DistributionRead full entry
DistributionMore info for the terms: cover, shrub
Diffuse knapweed is native to grasslands and shrub steppes of the eastern Mediterranean and western Asia  and was introduced into Central Europe and North America . It is thought to have been introduced to North America as a contaminant in alfalfa (Medicago sativa) seed from Asia Minor-Turkmenistan or in hybrid alfalfa seed from Germany . The earliest record of diffuse knapweed in North America is from an alfalfa field in Washington state in 1907 . It is currently found from Yukon in the north, throughout most of western Canada, east to Ontario. In the United States, the primary range of diffuse knapweed is the western states, from Washington, Idaho, and Montana south to New Mexico and Arizona . Maddox  notes that diffuse knapweed is more common on the western side of the Great Basin, and spotted knapweed is more common on the eastern side. Diffuse knapweed has also spread east into several midwestern states and is found in Massachusetts, Connecticut, and New Jersey on the east coast . The Plants database provides a state distribution map of diffuse knapweed in the United States.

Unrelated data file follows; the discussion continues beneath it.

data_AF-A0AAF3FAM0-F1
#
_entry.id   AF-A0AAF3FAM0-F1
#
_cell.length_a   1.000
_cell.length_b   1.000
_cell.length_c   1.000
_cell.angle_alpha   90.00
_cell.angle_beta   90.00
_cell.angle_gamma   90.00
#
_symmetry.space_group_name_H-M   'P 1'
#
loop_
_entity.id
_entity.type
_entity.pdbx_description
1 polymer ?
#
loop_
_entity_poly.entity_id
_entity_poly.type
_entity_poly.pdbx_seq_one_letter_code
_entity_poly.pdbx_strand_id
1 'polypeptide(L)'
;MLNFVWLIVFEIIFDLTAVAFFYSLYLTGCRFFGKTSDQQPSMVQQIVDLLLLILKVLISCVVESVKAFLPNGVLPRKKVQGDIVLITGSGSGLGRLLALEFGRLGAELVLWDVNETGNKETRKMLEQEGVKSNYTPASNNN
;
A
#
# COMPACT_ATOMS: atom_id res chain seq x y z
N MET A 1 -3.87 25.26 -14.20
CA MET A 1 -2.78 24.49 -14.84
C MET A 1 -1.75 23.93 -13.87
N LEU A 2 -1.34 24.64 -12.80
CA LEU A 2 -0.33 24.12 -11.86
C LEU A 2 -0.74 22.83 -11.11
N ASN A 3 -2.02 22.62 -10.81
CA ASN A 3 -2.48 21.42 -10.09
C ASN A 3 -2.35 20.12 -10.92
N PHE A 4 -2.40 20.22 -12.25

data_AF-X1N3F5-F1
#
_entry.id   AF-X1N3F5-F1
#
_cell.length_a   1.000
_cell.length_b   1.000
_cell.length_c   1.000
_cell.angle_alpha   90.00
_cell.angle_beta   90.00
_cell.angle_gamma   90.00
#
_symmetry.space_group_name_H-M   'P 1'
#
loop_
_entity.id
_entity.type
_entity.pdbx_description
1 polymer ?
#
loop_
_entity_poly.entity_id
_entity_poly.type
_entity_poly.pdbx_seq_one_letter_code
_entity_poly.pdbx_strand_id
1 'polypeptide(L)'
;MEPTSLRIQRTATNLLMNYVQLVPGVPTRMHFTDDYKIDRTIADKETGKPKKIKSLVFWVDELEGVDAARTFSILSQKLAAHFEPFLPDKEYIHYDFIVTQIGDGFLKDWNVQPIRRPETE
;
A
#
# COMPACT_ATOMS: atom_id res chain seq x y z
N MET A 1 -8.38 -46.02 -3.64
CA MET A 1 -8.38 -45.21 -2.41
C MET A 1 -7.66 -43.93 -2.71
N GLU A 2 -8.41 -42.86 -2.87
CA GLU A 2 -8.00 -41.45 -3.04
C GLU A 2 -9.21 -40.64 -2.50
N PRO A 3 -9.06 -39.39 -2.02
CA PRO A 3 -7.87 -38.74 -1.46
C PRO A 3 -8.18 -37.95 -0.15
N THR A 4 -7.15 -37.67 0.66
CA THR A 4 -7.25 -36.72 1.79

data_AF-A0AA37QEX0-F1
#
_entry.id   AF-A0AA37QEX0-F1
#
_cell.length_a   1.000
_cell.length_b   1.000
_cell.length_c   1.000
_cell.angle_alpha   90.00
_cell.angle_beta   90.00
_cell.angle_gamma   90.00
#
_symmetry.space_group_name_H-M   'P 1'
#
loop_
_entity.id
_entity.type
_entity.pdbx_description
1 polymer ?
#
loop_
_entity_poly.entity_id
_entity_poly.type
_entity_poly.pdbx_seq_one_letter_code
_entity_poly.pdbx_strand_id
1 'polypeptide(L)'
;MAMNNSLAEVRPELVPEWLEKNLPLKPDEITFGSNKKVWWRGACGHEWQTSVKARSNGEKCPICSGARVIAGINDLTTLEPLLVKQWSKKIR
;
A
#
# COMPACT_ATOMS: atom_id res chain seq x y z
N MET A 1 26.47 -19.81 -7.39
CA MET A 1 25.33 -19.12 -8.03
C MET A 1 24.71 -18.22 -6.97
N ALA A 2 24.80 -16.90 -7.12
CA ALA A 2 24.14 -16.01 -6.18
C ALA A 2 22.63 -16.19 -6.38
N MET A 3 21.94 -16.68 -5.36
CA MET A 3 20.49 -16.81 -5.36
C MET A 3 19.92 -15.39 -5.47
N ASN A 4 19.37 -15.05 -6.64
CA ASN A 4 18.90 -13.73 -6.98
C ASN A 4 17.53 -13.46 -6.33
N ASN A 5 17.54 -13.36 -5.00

The following table reflects estimates of diffuse knapweed acreage as reported by surveyed states or provinces in 1988 and again in 2000 (from ):
|State/Province||1988 Acreage||2000 Acreage|
|New Mexico||not reported||200|
|British Columbia||not reported||75,000|
Although inventories are more common and more accurate in the year 2000 than in 1988, 50% of these states reported only 50% accuracy, while 31% reported 51 to 75% accuracy, and 2 states reported 75 to 100% accuracy .
The following lists reflect ecosystems and cover types in which diffuse knapweed is known or thought to be invasive. Diffuse knapweed occurs in some midwestern and eastern states and provinces, primarily along roadsides and in "waste places", but it is unclear, from the available literature on these areas, which ecosystems and cover types it occurs in. These lists are not, therefore, exhaustive, as the plant may be invasive in other types not listed.